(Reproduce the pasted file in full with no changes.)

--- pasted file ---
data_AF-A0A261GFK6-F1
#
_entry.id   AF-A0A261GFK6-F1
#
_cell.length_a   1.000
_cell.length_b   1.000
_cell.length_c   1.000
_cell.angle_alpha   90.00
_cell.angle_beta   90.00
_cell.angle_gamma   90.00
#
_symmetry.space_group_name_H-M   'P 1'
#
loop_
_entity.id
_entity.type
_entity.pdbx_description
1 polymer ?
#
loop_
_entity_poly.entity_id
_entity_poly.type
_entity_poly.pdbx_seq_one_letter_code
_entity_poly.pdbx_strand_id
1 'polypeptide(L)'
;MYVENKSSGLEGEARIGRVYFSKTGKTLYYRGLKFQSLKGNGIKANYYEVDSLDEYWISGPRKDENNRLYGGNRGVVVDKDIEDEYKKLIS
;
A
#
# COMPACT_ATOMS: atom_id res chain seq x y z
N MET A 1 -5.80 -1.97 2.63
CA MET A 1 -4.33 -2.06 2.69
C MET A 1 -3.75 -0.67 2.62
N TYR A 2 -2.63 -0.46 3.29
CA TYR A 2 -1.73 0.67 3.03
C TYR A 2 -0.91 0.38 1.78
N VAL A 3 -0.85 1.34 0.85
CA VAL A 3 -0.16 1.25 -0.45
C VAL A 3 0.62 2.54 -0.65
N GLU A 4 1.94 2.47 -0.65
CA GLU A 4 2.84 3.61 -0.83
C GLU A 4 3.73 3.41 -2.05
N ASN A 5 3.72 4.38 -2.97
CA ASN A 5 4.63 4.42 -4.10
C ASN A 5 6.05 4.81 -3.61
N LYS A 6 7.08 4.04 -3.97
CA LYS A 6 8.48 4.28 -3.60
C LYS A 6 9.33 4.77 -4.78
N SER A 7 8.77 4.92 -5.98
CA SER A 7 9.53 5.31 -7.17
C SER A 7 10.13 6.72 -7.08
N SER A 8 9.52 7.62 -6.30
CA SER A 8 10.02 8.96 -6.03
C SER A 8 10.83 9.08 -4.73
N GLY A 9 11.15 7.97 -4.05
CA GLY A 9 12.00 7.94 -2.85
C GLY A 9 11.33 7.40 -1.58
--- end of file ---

data_AF-A0A261GFK6-F1
#
_entry.id   AF-A0A261GFK6-F1
#
_cell.length_a   1.000
_cell.length_b   1.000
_cell.length_c   1.000
_cell.angle_alpha   90.00
_cell.angle_beta   90.00
_cell.angle_gamma   90.00
#
_symmetry.space_group_name_H-M   'P 1'
#
loop_
_entity.id
_entity.type
_entity.pdbx_description
1 polymer ?
#
loop_
_entity_poly.entity_id
_entity_poly.type
_entity_poly.pdbx_seq_one_letter_code
_entity_poly.pdbx_strand_id
1 'polypeptide(L)'
;MYVENKSSGLEGEARIGRVYFSKTGKTLYYRGLKFQSLKGNGIKANYYEVDSLDEYWISGPRKDENNRLYGGNRGVVVDKDIEDEYKKLIS
;
A
#
# COMPACT_ATOMS: atom_id res chain seq x y z
N MET A 1 -5.80 -1.97 2.63
CA MET A 1 -4.33 -2.06 2.69
C MET A 1 -3.75 -0.67 2.62
N TYR A 2 -2.63 -0.46 3.29
CA TYR A 2 -1.73 0.67 3.03
C TYR A 2 -0.91 0.38 1.78
N VAL A 3 -0.85 1.34 0.85
CA VAL A 3 -0.16 1.25 -0.45
C VAL A 3 0.62 2.54 -0.65
N GLU A 4 1.94 2.47 -0.65
CA GLU A 4 2.84 3.61 -0.83
C GLU A 4 3.73 3.41 -2.05
N ASN A 5 3.72 4.38 -2.97
CA ASN A 5 4.63 4.42 -4.10
C ASN A 5 6.05 4.81 -3.61
N LYS A 6 7.08 4.04 -3.97
CA LYS A 6 8.48 4.28 -3.60
C LYS A 6 9.33 4.77 -4.78
N SER A 7 8.77 4.92 -5.98
CA SER A 7 9.53 5.31 -7.17
C SER A 7 10.13 6.72 -7.08
N SER A 8 9.52 7.62 -6.30
CA SER A 8 10.02 8.96 -6.03
C SER A 8 10.83 9.08 -4.73
N GLY A 9 11.15 7.97 -4.05
CA GLY A 9 12.00 7.94 -2.85
C GLY A 9 11.33 7.40 -1.58